Although I agree that innovation and change comes from the dissonance David mentions, education always seems to push back against change and revel in keeping the two ideas separate 🙂 You can see this in our discussions this week around social media – there’s a resistance to adopting new technologies or ideas – beyond proof of concept you need proof of learning. To gain acceptance, any really powerful idea or tool must clearly demonstrate how it improves student learning in a way that makes educators think “that will make a difference”. Any district or business I dealt with all asked me the same three questions – Where’s the research to show that this improves learning? – Who’s implemented it successfully and can we talk to them? Does it support the (Common Core State) standards. It’s very difficult to take an iterative “MVP” approach in education. Few are willing to take a chance – buy/invest in your product – playing it safe with the big companies. I experienced this with my company, especially when we started. People knew that “training” teachers on the software didn’t work, but they still wanted to do it.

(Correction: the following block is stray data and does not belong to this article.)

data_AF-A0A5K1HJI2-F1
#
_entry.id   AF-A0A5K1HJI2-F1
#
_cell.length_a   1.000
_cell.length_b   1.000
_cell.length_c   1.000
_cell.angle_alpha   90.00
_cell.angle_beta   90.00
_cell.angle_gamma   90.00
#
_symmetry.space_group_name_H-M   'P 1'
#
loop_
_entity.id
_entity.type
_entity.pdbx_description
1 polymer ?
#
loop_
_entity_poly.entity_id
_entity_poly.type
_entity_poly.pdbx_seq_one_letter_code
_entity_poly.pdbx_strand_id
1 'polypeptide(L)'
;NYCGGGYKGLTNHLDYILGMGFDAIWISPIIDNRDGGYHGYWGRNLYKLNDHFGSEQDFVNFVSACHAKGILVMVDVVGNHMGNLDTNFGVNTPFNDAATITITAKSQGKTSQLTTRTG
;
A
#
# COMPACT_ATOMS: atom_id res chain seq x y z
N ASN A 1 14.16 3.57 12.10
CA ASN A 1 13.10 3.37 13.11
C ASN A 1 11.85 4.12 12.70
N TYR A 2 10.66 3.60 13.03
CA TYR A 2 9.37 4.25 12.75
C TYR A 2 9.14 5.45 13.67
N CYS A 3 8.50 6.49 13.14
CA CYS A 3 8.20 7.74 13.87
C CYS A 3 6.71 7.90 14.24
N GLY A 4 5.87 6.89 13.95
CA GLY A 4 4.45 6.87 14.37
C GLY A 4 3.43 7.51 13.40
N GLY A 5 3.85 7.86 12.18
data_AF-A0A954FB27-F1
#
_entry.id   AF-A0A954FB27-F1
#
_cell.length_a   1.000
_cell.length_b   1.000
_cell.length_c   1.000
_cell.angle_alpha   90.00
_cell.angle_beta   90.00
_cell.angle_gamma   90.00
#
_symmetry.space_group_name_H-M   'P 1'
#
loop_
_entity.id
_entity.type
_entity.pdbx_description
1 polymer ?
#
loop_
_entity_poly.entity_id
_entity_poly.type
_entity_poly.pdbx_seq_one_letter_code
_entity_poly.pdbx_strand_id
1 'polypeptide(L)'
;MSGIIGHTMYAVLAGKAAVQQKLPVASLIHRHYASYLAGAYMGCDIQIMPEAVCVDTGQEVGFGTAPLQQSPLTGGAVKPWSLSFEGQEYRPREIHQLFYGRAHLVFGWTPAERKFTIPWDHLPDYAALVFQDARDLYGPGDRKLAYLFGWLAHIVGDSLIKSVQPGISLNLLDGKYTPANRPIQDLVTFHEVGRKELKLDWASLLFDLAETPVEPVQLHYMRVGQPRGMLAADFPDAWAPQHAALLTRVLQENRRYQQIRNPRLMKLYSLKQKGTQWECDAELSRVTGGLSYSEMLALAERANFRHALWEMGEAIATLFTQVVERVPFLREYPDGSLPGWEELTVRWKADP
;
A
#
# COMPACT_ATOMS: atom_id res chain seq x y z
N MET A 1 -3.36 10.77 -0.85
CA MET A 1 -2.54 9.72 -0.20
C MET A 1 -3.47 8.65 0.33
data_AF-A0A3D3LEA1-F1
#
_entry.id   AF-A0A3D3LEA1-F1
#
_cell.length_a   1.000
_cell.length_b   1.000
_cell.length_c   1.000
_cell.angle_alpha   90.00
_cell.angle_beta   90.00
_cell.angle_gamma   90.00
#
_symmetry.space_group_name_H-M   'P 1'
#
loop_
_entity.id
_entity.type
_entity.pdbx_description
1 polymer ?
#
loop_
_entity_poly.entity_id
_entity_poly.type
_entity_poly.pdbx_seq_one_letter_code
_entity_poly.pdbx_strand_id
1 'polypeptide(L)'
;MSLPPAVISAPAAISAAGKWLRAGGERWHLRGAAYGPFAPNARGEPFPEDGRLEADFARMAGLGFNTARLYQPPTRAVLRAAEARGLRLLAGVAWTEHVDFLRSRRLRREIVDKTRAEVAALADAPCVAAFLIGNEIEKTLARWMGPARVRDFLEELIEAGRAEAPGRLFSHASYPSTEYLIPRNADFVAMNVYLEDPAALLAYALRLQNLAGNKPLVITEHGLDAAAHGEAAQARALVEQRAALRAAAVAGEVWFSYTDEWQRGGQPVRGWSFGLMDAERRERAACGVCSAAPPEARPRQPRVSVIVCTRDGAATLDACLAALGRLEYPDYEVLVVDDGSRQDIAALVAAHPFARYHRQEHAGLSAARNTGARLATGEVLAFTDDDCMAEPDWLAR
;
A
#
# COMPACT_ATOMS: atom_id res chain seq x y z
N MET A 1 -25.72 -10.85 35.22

Then, there’s the whole “substitution” model that we seem to get stuck on – using the new technology simply to replicate what you did before. We’re seeing this with iPads – this game changing device is used to deliver drill and practice apps. When I argued not to use the device in this way 50% of those polled disagreed. (Imagine 🙂
Many of the “mom & pop” startups I’m working with aren’t going to change the world. They are more interested in supporting a niche market where there’s a pressing need, perhaps taking advantage of innovation but not necessarily creating it.
That being said what you both said has given me a great deal to think about!
(Sorry if I got off topic)